Getting The Most Out Of Your Camera While Traveling.
Let’s face it; it’s not about masterpieces….. it’s about memories, the faces, the places. When we dig a dusty album out of the back of the book shelf in 10 years time it won’t be sharpness, noise or megapixels we will be worrying about. It will be the flood of recollections that coming rushing back to us. but it never hurts to get a better image! With that in mind I decided to write an article with simple tips to get the most out of whatever camera you have.
Mode Dial: Your camera comes with many built in camera modes, essentially your camera is a fancy calculator, and can only make decisions based on its program like any computer, by changing the mode on your camera dial, you are giving your camera a heads up to the kind of scene your trying to photograph, while these will vary hugely from camera to camera most brands will have these settings:
Landscape mode: this is designed for creating images with a large depth of field; depth of field is a fancy way of saying that everything in the front and the background of the image are sharp.
Portrait mode: this mode is designed for photographing people and will often try to give a small depth of field (a blurry background).
Flash Mode: this mode use the flash in the camera to light the scene automatically.
Sports Mode: this mode freezes the action so anything moving stays sharp. This can be used anywhere you need to freeze the action, not just sports.
Macro mode: this is used to photograph things close up, like flowers and insects.
While these settings will not do wonders for your photography they will help you get the best out of your cameras automatic functions.
Composition is king: Composition is a fancy way of saying how you frame your picture in camera, what you leave in and leave out. Even if a photo lacks sharpness, clarity or is noisy a good composition will go a long way to improving it. Here are some very basic tips on how to improve your Composition
ISO: Avoid blurry images by raising your ISO. Sharp photographs in low light is the holy grail of photography, thankfully most cameras even camera phones nowadays allow you to change your ISO. To get sharper shots in low light increase the ISO number in your camera menu. Now be aware as in most things in life it’s not for free, having a higher ISO setting in your camera will increase noise (coloured grainy dots in your image) so as soon as you don’t need it anymore lower it back to between 100-400 ISO for normal outdoor shooting. High ISO is used at night and indoor areas with few windows.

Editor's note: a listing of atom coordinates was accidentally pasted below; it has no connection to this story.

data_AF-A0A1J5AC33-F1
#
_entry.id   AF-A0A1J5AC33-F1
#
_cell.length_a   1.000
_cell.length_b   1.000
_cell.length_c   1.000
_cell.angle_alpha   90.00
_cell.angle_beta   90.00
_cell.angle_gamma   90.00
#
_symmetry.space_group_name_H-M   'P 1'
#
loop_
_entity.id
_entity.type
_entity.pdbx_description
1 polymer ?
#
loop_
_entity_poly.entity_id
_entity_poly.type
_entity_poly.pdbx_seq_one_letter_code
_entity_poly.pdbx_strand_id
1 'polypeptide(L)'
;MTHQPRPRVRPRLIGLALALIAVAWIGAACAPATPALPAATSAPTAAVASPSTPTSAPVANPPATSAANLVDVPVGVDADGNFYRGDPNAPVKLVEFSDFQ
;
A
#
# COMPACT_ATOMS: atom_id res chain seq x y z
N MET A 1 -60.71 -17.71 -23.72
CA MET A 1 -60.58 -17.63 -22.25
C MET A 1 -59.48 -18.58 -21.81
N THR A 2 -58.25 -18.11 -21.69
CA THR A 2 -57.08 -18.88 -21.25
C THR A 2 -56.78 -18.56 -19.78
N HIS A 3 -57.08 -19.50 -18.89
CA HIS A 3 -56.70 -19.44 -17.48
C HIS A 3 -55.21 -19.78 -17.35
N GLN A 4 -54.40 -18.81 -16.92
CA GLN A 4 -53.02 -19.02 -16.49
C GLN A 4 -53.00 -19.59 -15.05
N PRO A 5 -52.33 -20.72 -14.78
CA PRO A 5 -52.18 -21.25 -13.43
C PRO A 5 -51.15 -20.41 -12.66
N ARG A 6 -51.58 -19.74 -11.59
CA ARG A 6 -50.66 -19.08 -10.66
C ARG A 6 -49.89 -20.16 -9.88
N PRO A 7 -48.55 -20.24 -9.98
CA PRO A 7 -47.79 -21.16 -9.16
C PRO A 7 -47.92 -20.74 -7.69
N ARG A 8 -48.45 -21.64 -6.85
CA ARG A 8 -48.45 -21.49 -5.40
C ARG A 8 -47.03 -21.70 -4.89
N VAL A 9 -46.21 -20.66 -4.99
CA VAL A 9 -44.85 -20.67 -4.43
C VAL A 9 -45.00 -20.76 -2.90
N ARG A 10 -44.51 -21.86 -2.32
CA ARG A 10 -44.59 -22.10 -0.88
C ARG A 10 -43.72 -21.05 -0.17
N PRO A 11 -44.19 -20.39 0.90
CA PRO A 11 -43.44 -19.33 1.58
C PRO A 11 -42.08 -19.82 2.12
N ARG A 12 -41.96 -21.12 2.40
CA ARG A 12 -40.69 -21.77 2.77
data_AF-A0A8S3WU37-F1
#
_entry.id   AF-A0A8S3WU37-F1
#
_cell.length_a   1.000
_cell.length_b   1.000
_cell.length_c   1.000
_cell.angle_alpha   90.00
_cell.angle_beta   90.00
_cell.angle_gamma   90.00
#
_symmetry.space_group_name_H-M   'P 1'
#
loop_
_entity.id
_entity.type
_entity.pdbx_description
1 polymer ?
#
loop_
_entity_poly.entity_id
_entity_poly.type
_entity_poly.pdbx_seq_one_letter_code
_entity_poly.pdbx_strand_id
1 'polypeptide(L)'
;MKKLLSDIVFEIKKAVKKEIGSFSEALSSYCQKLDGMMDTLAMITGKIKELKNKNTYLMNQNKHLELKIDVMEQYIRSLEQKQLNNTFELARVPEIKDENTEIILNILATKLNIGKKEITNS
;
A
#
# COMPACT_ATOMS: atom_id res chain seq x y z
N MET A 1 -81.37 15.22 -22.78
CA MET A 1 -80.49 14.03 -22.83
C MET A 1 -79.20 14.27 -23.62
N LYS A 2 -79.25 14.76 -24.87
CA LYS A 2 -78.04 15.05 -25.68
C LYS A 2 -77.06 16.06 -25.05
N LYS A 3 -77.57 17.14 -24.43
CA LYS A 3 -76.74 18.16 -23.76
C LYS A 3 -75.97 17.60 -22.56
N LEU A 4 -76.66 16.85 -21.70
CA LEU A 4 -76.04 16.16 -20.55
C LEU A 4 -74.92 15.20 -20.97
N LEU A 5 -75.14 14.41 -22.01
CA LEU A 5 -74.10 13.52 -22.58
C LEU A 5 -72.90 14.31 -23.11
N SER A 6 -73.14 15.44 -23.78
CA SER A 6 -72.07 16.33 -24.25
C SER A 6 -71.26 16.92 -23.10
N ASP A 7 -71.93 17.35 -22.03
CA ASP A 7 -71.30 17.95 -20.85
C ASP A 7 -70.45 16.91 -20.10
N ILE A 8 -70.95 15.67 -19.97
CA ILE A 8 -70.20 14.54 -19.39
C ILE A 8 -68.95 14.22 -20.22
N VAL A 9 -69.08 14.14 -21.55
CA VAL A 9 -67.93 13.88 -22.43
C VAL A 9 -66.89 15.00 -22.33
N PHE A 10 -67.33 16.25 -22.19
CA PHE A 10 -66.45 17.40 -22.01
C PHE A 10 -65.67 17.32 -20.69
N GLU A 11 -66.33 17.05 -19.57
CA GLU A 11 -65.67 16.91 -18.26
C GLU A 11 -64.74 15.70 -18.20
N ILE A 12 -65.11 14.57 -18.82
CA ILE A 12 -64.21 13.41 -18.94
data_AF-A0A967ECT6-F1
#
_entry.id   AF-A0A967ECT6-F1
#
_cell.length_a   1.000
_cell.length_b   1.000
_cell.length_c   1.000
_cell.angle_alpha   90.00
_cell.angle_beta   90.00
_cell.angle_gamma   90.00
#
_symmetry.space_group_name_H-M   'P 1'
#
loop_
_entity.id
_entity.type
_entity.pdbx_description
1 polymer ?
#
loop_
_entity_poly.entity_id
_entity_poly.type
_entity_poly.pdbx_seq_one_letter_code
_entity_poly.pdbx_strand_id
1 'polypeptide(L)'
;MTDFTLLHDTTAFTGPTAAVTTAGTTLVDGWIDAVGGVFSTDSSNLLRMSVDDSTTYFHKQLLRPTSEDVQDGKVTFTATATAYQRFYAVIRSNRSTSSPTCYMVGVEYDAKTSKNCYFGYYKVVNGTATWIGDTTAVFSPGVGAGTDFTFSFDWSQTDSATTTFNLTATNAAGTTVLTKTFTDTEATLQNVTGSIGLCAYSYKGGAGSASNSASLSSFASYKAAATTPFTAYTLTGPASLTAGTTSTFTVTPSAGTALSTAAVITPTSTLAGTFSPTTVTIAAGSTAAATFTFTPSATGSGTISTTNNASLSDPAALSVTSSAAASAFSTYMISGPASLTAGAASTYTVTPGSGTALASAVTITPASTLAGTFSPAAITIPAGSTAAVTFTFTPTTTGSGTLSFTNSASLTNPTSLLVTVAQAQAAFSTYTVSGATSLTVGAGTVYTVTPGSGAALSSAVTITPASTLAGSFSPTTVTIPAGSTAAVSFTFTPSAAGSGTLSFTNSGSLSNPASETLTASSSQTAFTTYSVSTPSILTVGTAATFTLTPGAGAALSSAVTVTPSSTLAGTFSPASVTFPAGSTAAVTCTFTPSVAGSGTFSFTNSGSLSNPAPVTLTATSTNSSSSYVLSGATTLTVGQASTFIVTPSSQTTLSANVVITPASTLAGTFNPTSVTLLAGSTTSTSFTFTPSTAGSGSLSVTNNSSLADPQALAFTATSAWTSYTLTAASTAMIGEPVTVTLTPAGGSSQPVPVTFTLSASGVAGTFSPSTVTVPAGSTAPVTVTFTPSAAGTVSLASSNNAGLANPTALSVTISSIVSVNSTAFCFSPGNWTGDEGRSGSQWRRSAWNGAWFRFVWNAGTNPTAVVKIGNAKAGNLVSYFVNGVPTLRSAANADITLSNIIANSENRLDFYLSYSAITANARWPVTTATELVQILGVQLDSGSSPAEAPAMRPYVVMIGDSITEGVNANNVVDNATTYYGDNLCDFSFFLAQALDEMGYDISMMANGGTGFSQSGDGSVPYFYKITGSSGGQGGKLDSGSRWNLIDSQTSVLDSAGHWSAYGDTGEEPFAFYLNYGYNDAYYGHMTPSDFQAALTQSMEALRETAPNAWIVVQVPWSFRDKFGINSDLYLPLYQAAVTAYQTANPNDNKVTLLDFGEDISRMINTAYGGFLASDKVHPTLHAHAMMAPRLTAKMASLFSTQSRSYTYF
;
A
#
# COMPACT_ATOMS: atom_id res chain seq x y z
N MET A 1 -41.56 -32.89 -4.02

Using flash: when asked, most people will tell you that they do not like flash. The main reason for this is that it is used badly often. But with just some simple adjustments its very easy to get some very good results.
Step one: Set your camera mode on P or the flash symbol.
Step Two: Stand between 6 and 8 foot from your subject.
Step Three: Put your subject with their backs to the sun or Light source (doorway, window etc)
Step Four: Move your subject away from walls etc (this will eliminate flash shadows in the background)
Step Five: you’re ready to go……just take your shot
A lot of people don’t realise that flash on compact cameras and P mode is mostly a automatic process and requires you to pay attention to your distance from subject more than anything else.
Use a Mini Tripod: a mini tripod is one of the best way to get sharp shots no matter the environment, these will set you back a only few euro at worst and can fit into pockets and bags very easily.
Print your images off: while this is not strictly a photography tip, it a great way to see your work. Ask yourself how many images have you lost because of damaged memory cards, lost phones, broken laptops etc, how many images do you have your device right now that you are meaning to print off but never get around to. So get them out of your camera and onto paper as soon as you come back.
Bonus tip: photo books are a great way to create a log of your trip, they are easy to make and inexpensive and can be made in most photo labs within an hour. And will sit right on your book shelf instead of a dusty show book in your attic.
Stewart Kenny is a photography trainer and guide with Dublin Photography School, Stewart teaches photography students of all levels in Dublin and surrounding counties as well as leading photography holidays in Ireland. To see more about his Photography courses in Dublin see here